It’s been almost ten years to the day since she met the love of her life, and about eight since she let her go. Meg has a hard time admitting that maybe she didn’t really let go, and that maybe some things you never really get over, no matter how hard you try. But her past is half a world away, caught up in her own life, relationship, and journalism career, and Meg isn’t one to chase the ghosts of past relationships. Even if they send you a birthday card and nudge what you thought were the closed-off parts of your heart. After all, second chances are the stuff of fantasies and movies where the good guy always gets a happy ending. You can’t count on something like that.

Or can you?

Grab a copy on Amazon US
Or on Amazon UK

43 CommentsLeave a comment

  • 100% agreed Andi! I hear a lot of “it doesn’t sell” and “nobody wants to read it” and “nobody’s interested” but you know, I hear too many people clamouring for it who don’t know it exists or how to find it to think that there isn’t something more going on here than just the matter of “F/F is a niche that nobody wants or buys”. I think a large part of the problem is visibility and marketing, which sure would be helped by stuff like F/F panels at romance and other genre conventions or by already successful romance presses picking up and selling F/F titles as a part of their offerings.

    • RIGHT? I mean, seriously. How hard is it to let someone who is totally willing to do the work to put a panel/session together and line up all the participants so all you need to do is slap it into your program? Not very, sez I. So you and I are on the same page…HEY! Do you want to do a panel? 😀 Keep in touch!

      • I’m always up for panels but I’m an M/M author vs. an F/F one at this point so I dunno how much I’d have to contribute LOL

        But here’s my personal guarantee that if you do do a panel and I’m at the convention, I’ll definitely put my butt in a seat 😀 and drag along as many other people as I can find.

  • Hi Andi! I’m a straight woman who reads f/f (I really enjoyed Some Kind of River btw) and I’ve seen a lot of negative attitudes, but the cooties remarks seem to be dwindling in the romance community. I also think there’s been a sincere effort by m/m authors and presses to be more inclusive. I wonder if conference organizers would be open to GLBT panels with a mix of m/m and f/f authors? They should be reaching out for diversity instead of shutting it down.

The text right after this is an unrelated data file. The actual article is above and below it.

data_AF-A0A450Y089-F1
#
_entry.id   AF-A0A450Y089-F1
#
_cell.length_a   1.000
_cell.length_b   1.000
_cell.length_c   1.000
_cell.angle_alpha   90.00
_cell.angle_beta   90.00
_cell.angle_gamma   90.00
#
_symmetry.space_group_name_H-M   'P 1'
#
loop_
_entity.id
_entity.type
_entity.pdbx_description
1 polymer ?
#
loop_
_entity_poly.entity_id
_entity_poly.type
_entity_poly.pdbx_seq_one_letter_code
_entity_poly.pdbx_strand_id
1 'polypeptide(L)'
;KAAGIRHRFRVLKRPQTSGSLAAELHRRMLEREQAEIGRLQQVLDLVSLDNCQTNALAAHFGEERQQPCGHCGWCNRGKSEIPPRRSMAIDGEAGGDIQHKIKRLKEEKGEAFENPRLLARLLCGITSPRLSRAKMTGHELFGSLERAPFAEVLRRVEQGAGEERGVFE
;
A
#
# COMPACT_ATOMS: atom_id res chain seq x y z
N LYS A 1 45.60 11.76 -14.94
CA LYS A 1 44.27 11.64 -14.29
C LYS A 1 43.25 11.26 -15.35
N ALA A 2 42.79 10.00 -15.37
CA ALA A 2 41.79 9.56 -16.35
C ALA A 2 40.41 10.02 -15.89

• Hi, Jill! Thanks for stopping by and thanks for reading. The last time I saw a “cooties” remark was 2013. Or was it 2012? It was on a romance readers forum (don’t remember which one) and honest to god, the reader posted that the thought of two women together was disgusting. Okay, I get it. Some stuff just doesn’t turn people on. Fine. But that was pretty judgmental, I thought. Just say: “not my thing.” The term “disgusting” has a lot of baggage for those of us who are LGBTQ because we’ve been labeled with terms like that all our lives, and even for an old hand like me who’s got a pretty thick skin, it still stings.

      So the “cooties” issue does remain, though with the very public gains made in terms of marriage equality, e.g., I think that comments like that are becoming less common. Not necessarily because people’s minds have changed, but rather because other people are less willing to let comments like that slide. Kudos to straight allies for being willing to call comments like that out, too.

      Anyway. Yes, there has been a great effort by M/M authors and presses to be more inclusive–more kudos all around! Yay! But I’d argue that they’re more open to M/M than F/F, and I suspect (not to suggest I’m correct) that this could be because there are quite a few straight-identified women writing M/M while the majority of people writing F/F tend to be lesbian- or bi-identified women. So I wonder if that filter–“oh, straight women write this genre, too, so it must be okay”–somehow functions with readers and conference organizers.

      And I think, too, that because F/F does tend to be a “lesbian thing” that lesbians, too, have not been aggressive about pursuing inclusion in “mainstream” romance venues. Why? Because historically, lesbian communities have been insular, and marginalization forced them to create their own artistic communities. Hence lesbian and lesbian feminist music, music festivals, and publishing. I think there’s thus a sense of “If we give up our communities and go mainstream, will we lose our identities as lesbians/lesbian feminists?” I don’t know the answer to that question, but I understand the sentiment behind it, and it’s one that feeds a larger conversation among LGBTQ communities as marriage equality spreads. “Does this make us mainstream? Are we losing a vibrant element of our communities that yes, was fueled by marginalization but yet allowed us to create really interesting things and approaches?”

      Again, I don’t know. But what I DO know is that I’d like to see more F/F available in more “mainstream” venues because I remember what it was like for me, growing up in an isolated rural community wondering what the hell was wrong with me that I crushed out on girls all the time. It would’ve been nice to have access to a whole giant pool of F/F that explored a range of F/F relationships. It would’ve made those years a lot less difficult, if I could’ve gone to the library and found a copy of Nancy Garden’s “Annie on My Mind” in the YA section.